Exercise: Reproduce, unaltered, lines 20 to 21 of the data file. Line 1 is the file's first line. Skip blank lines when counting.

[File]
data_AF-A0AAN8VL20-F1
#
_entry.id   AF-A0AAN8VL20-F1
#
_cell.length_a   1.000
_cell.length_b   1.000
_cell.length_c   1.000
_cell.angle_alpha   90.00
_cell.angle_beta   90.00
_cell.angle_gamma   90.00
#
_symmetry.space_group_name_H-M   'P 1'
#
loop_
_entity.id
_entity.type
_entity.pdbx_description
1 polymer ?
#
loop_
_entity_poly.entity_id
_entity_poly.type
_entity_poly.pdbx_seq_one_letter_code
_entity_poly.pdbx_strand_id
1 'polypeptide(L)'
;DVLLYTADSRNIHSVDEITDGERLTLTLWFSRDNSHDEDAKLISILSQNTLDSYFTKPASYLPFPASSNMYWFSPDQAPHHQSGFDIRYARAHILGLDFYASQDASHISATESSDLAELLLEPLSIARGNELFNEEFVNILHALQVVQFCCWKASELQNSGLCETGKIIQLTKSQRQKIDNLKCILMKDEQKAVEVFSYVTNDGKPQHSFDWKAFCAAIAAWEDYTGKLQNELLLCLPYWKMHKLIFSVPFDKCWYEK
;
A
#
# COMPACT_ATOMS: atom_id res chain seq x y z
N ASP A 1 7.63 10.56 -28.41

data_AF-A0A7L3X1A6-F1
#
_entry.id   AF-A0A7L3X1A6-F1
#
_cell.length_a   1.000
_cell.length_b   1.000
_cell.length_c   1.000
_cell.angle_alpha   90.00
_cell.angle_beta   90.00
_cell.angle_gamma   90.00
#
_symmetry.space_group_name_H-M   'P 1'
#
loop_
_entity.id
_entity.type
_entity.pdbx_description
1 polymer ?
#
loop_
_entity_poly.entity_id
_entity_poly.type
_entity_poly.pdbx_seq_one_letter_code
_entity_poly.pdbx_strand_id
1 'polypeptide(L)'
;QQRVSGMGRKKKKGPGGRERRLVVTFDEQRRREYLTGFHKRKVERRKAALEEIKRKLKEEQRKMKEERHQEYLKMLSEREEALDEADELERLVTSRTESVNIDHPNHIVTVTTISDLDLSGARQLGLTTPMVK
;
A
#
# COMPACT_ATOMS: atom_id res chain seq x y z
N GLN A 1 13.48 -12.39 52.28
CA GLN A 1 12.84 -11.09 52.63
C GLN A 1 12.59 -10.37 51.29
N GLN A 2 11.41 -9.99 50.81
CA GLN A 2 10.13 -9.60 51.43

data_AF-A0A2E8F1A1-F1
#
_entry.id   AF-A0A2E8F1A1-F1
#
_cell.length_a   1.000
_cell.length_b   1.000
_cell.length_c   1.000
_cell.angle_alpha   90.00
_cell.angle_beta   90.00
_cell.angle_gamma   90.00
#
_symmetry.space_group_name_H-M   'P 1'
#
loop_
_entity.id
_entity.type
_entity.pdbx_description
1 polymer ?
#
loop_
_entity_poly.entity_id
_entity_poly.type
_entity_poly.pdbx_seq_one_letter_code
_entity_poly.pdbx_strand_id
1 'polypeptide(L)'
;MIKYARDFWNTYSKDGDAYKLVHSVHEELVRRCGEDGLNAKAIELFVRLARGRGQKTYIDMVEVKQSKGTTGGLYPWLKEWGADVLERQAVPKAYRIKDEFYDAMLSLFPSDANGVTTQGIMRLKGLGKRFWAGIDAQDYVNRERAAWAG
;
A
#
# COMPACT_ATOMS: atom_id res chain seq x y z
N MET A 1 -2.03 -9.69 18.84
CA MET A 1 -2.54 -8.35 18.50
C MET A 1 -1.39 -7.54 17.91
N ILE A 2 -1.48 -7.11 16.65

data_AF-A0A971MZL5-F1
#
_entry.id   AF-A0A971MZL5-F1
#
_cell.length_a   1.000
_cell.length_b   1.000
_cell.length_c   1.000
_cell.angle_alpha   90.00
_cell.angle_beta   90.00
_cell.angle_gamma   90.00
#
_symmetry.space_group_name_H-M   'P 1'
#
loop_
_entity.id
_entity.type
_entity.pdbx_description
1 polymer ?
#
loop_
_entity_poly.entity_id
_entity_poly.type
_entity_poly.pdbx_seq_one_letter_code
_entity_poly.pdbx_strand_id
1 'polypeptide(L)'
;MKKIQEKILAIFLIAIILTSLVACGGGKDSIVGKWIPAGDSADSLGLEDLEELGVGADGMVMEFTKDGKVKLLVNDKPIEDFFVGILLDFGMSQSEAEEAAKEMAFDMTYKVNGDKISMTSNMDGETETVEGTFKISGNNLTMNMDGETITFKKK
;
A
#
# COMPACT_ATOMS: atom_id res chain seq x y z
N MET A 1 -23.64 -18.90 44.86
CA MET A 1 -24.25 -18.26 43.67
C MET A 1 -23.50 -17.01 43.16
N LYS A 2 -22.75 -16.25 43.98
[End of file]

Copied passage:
loop_
_entity_poly.entity_id